Greg Boswell on the upper section of Taking it Home (X,9/WI6); the second new route they climbed on that wall. Photo: Mathis Dumas
Boswell was keen to get involved with what he described as a ‘crazy looking line’; it turned out to be truly memorable as he explained; ‘The route turned out to be totally wild and super bold above the roof in the upper ice. I love it when you can only just piece everything together to make it possible. It really is the best prize when a vision becomes reality... just!’
Greg Boswell fully involved in more super-thin conditions. Photo: Jeff Mercier
Following a day on some short steep ice flows the pair returned to another line they had spotted earlier in the week. Conditions weren’t the best but they got stuck-in and had were rewarded with another great route as Greg explained again; ‘Braving the storm today! It was a day of awesome steep ice, thin technical mixed and lots and lots of snow! None the less it was a super fun day and the route was really high quality. It was another line that we just spied from the valley and decided to do. It may or may not have been done before, but either way, it was worth getting dumped on by spindrift all day.’
Greg Boswell on To the Right of God, their ‘last-day-best-day’ mixed new route which weighed-in at IX,9/WI5. Photo: Mathis Dumas
Their final day at Lofoten gave Boswell and Mercier yet another new and striking mixed route which they climbed entirely on trad gear; Boswell again; ‘After a snowy start this morning and a couple of plan changes due to daylight hours, we found and did an amazing new mixed line that didn’t go down without a fight. Mega steep, techy and run-out through the roofs. The bonus was it all went on trad gear! What more could you ask for?!’
“For me, the best part of climbing in new places is the unknown”, is how Greg summed-up his trip for Climber when we asked him what he thought was the best aspect of the Lofoten trip. “Jeff and I never really use guidebooks or topos when we climb together, we just explore the area and climb and try wherever lures us in. So even if things are established climbs or first ascents the experience is the same - full-on adventure!”
As with all trips into the mountains, there are downsides and challenges to Lofoten as Greg explained; “The snow and weather conditions were pretty engaging throughout our time in Norway. We had to be super careful where we climbed, due to avalanche risk and even when we chose an area that we thought was safer we had to be very vigilant when approaching and climbing on certain days. Despite what the Instagram stories looked like, we were still in a very wild and dangerous place and it is crucial to never take this for granted.”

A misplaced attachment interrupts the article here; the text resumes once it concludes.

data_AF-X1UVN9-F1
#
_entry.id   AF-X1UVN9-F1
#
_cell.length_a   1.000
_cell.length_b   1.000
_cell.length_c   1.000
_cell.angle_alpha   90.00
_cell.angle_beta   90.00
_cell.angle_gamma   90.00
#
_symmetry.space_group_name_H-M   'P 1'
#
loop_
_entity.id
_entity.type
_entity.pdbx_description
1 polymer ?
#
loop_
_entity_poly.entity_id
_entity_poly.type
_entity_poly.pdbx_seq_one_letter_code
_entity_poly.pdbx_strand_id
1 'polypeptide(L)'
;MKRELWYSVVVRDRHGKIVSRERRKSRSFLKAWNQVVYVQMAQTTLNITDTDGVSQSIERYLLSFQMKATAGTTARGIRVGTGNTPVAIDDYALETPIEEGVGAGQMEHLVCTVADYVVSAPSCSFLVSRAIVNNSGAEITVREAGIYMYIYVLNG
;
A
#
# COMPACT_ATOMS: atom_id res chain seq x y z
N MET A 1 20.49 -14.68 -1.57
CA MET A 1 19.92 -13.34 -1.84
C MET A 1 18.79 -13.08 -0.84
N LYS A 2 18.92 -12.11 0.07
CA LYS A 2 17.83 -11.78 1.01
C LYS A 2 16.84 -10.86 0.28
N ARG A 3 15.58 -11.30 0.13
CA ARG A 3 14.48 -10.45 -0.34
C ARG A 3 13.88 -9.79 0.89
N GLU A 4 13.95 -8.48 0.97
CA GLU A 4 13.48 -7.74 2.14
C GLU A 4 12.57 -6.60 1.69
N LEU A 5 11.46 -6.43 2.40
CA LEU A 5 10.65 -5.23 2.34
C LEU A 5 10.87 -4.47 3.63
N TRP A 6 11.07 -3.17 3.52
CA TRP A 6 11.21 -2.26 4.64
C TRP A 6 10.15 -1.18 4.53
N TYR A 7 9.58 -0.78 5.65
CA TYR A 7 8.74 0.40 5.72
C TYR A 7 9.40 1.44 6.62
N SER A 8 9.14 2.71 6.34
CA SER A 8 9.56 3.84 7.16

Climber asked how much potential is there at Lofoten for more new routes; quite a bit it seems: “We didn’t manage to explore too much the full potential of Lofoten, but what we saw from some of our summits was out of this world! The surface and potential of this area has only just been scratched. There are masses to go at, you’ll just need to work for it a little more as the approaches are involved and conditions dependant!”
Finally, we asked Greg to rank Lofoten in comparison with other areas for mixed/ice climbing; “Lofoten was pretty amazing, unfortunately due the conditions and daylight hours, we didn’t explore the best that the islands had to offer. But for sure the place it is definitely up there in the world-class venue rankings! There is no doubt that I will go back soon. Probably just a little later in the season next time to gain more daylight and mountain time.”
The following is a list of the routes – with lengths and grades – that Greg and Jeff did during their visit. FA denotes First Ascent…
Route 1– FA, Terrible Twos, IX 10, 120m
Route 2 – Existing Route (Name unknown), Couloir on the Abrahamstind mountain
Route 3 – Attempt on the summer line There and Back Again on Mount Geitgaljen. Backed off after 2.5 pitches
Route 4 – FA (Jeff) La Tournée du Poltron (The Tour of The Coward), WI5+, 40m
Route 5 – FA (Greg) Taking it Home, X,9/WI6, 40m
Route 6/7 – Existing Routes (Names unknown), steep ice above the Øvrevatnet Fjord, WI3-WI6 and everything in between is available here
Route 8 – FA, Nevada Ice, 3 pitches, M5,WI4. 130m
Route 9 – FA, To The Right Of God, (this was a local project that we had permission to try). IX,9/WI5. 100m, 3 pitches. Named after the late Guy Lacelle, who put up the two routes to the left of this one.